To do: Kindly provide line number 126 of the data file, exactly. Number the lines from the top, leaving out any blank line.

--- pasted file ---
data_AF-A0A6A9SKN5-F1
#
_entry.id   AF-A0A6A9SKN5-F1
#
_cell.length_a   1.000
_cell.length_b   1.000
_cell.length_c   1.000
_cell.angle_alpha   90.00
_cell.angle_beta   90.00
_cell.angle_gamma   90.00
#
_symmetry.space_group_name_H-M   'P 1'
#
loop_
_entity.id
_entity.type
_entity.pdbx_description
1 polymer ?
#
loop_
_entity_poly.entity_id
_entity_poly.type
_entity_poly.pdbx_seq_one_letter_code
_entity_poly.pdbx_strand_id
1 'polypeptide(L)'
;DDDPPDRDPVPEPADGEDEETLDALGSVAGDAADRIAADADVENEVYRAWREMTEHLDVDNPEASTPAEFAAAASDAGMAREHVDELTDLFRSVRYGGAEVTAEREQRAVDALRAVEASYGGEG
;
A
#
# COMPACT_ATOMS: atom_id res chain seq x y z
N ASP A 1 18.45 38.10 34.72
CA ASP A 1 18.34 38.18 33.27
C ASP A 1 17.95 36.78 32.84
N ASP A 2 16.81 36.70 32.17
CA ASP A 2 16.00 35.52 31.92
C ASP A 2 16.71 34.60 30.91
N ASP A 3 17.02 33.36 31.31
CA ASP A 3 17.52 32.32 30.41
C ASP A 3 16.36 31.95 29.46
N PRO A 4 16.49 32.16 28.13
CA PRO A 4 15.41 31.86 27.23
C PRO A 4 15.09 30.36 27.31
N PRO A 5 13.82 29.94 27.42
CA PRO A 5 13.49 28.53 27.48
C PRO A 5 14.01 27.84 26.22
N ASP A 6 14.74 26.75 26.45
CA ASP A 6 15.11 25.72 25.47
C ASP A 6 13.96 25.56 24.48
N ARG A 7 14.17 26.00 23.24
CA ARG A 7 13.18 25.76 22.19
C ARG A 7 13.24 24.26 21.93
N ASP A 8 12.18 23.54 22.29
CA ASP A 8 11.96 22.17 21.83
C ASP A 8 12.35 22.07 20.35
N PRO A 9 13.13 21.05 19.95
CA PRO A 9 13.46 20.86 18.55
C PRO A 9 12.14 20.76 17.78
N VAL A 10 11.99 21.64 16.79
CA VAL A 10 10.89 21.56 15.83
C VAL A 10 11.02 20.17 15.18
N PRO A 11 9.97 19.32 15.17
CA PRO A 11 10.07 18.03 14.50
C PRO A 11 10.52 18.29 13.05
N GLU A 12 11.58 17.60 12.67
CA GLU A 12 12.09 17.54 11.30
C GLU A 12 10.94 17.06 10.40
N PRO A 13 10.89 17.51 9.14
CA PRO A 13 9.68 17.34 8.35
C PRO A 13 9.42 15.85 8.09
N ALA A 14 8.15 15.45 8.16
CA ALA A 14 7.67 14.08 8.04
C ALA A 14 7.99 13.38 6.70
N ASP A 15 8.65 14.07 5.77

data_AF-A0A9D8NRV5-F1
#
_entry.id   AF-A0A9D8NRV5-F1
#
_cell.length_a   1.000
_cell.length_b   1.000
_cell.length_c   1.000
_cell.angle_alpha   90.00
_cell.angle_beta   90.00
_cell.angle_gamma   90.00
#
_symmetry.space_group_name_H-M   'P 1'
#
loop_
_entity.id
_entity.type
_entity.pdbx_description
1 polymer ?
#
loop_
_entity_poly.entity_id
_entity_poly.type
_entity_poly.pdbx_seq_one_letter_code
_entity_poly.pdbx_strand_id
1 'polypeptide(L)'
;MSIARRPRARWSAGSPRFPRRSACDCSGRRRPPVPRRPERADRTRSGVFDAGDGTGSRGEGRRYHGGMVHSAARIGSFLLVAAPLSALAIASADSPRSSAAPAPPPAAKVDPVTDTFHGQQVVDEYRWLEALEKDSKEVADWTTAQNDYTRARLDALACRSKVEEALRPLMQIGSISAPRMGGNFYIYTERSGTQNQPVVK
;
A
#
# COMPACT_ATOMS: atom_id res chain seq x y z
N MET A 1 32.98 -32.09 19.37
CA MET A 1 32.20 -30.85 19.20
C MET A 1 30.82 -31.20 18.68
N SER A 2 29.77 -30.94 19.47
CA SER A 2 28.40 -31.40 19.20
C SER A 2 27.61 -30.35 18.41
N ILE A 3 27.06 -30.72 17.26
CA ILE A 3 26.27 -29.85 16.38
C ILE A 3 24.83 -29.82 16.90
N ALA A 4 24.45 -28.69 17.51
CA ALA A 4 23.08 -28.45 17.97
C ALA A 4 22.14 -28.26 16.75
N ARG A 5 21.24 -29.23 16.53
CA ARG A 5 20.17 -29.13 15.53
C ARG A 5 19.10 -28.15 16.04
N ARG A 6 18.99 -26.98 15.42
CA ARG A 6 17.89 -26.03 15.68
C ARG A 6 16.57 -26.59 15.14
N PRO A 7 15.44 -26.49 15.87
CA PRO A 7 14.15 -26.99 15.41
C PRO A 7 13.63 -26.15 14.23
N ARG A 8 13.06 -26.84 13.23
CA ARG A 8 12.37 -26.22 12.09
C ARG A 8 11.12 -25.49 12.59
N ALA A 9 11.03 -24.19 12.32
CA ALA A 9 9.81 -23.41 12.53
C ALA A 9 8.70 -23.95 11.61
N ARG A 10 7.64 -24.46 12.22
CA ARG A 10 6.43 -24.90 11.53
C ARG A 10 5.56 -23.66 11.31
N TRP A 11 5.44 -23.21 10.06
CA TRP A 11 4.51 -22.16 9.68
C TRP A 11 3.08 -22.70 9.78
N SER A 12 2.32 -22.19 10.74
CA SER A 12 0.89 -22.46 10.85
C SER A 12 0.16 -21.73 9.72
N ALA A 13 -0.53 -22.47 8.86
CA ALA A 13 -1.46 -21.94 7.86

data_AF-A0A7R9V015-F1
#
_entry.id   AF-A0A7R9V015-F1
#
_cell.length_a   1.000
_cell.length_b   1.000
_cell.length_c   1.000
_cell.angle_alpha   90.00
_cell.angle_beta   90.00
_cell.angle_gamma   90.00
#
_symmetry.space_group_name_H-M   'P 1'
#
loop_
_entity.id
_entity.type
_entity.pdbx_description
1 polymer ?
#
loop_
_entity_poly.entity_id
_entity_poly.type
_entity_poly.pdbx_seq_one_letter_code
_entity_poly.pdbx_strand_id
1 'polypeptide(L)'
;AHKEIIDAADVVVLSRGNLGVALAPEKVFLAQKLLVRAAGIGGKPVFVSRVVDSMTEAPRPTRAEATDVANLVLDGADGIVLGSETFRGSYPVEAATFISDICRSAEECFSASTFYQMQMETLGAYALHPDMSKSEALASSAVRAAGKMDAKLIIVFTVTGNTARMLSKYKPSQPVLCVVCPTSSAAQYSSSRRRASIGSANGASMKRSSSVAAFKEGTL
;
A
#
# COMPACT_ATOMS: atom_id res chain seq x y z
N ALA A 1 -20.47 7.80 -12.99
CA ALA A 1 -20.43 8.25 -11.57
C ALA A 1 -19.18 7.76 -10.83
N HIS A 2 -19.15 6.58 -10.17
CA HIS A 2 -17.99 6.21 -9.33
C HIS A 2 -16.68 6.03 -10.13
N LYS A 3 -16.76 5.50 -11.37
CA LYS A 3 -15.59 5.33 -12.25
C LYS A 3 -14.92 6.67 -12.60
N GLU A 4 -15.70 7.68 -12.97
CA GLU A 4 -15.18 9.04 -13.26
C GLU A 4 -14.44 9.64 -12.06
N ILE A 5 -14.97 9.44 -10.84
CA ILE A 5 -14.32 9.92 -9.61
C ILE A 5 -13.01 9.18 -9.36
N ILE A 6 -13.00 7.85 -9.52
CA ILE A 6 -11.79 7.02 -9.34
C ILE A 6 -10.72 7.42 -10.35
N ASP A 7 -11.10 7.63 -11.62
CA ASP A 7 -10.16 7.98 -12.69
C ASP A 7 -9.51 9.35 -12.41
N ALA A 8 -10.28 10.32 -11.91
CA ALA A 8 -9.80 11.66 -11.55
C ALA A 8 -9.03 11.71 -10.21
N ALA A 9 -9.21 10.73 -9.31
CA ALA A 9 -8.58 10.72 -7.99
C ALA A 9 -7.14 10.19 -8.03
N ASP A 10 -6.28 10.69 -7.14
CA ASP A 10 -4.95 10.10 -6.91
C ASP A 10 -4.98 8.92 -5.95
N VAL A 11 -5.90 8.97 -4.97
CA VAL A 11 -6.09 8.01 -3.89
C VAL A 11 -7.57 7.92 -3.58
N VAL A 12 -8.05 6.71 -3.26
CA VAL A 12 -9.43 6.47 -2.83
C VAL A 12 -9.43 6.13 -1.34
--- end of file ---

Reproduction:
CA ARG A 8 12.37 -26.22 12.09